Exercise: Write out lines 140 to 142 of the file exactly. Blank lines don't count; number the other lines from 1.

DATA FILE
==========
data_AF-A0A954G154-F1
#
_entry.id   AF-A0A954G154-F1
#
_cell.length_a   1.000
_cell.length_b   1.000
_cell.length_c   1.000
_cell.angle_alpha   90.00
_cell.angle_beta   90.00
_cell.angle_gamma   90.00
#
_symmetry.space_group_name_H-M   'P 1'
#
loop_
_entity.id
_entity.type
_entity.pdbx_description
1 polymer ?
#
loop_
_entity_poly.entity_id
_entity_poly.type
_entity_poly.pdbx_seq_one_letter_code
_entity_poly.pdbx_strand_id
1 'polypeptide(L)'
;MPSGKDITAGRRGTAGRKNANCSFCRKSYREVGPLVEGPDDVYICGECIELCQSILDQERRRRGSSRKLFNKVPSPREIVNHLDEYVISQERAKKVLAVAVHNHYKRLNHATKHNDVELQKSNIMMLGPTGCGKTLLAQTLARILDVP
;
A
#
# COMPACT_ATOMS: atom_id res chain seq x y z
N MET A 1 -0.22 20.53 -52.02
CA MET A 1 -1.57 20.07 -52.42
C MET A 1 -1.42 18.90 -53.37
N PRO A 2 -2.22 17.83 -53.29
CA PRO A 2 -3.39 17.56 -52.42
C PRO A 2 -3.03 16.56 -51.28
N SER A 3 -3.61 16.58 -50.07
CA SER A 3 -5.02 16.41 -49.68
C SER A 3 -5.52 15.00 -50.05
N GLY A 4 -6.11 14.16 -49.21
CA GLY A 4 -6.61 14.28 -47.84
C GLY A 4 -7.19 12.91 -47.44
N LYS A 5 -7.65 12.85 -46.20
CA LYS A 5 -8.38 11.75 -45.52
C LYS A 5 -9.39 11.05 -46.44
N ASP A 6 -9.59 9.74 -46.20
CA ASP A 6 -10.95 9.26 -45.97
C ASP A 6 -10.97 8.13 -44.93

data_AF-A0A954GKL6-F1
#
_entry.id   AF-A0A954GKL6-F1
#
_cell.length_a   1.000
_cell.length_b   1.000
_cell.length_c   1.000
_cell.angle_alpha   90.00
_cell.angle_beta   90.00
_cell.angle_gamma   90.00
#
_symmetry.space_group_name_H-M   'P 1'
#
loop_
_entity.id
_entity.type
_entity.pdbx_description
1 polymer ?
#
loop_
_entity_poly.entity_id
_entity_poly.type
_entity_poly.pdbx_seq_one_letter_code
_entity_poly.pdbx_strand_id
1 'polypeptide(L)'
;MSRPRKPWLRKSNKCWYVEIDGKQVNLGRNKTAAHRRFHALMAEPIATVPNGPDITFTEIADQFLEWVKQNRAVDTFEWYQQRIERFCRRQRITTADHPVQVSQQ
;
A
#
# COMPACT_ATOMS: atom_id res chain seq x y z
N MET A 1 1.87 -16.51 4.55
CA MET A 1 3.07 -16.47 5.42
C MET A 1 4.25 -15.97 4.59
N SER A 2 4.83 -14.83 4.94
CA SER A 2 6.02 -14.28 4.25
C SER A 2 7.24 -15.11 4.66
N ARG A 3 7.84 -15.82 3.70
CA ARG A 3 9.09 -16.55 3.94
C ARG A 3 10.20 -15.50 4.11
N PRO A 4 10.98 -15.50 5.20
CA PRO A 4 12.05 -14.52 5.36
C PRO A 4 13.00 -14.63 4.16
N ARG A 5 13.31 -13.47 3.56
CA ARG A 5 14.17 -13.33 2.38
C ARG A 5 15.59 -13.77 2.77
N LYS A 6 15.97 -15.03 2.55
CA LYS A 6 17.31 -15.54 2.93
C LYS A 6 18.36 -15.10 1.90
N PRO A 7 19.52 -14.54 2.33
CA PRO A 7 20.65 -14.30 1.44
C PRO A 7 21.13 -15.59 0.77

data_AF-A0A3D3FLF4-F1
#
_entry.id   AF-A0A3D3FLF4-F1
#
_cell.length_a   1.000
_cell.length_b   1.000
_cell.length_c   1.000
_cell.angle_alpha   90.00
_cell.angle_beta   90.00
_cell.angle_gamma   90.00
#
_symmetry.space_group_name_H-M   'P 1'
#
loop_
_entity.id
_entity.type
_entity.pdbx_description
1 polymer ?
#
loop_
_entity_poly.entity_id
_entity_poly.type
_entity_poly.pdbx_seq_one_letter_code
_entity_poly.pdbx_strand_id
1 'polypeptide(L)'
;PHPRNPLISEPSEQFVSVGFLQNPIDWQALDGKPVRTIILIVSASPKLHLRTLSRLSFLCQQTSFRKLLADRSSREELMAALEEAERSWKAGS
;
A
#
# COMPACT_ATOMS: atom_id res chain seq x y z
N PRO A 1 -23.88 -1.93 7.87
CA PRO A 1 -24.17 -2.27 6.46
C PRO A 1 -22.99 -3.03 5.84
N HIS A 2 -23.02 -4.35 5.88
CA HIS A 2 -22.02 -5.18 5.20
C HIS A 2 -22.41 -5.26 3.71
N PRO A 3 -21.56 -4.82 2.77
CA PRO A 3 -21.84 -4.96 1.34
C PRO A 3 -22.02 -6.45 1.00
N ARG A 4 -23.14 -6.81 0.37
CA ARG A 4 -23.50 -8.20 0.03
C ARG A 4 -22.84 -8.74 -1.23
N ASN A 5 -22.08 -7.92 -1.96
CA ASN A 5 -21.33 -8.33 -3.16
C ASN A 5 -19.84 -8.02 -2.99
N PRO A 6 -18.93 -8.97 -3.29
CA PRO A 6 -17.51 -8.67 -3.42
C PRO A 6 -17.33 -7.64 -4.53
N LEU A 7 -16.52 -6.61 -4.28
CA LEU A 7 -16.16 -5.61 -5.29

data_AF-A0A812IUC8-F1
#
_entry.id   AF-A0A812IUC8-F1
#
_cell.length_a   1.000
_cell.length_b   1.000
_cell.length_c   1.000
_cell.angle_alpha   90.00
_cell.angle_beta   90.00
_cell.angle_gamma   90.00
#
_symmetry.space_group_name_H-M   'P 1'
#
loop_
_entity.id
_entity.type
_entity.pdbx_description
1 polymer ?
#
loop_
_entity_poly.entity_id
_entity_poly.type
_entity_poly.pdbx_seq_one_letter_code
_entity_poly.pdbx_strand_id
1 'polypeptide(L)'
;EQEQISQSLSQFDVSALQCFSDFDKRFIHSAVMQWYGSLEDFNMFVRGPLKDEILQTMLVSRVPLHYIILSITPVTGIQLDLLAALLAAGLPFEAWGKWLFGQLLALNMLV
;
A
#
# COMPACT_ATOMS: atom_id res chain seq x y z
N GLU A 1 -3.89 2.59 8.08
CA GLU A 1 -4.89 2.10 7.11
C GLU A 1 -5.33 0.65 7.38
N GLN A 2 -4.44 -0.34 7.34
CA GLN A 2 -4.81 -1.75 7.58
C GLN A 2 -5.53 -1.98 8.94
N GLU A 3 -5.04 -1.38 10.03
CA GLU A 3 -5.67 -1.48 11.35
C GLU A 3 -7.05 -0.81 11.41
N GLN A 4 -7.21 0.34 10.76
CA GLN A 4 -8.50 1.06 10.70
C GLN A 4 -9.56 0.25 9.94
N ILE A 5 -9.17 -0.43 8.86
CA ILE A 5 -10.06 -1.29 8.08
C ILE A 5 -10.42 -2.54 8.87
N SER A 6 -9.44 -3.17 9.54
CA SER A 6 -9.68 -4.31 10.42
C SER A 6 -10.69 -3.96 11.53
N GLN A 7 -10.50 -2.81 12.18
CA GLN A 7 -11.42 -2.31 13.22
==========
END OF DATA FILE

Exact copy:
CA ARG A 4 -23.50 -8.20 0.03
C ARG A 4 -22.84 -8.74 -1.23
N ASN A 5 -22.08 -7.92 -1.96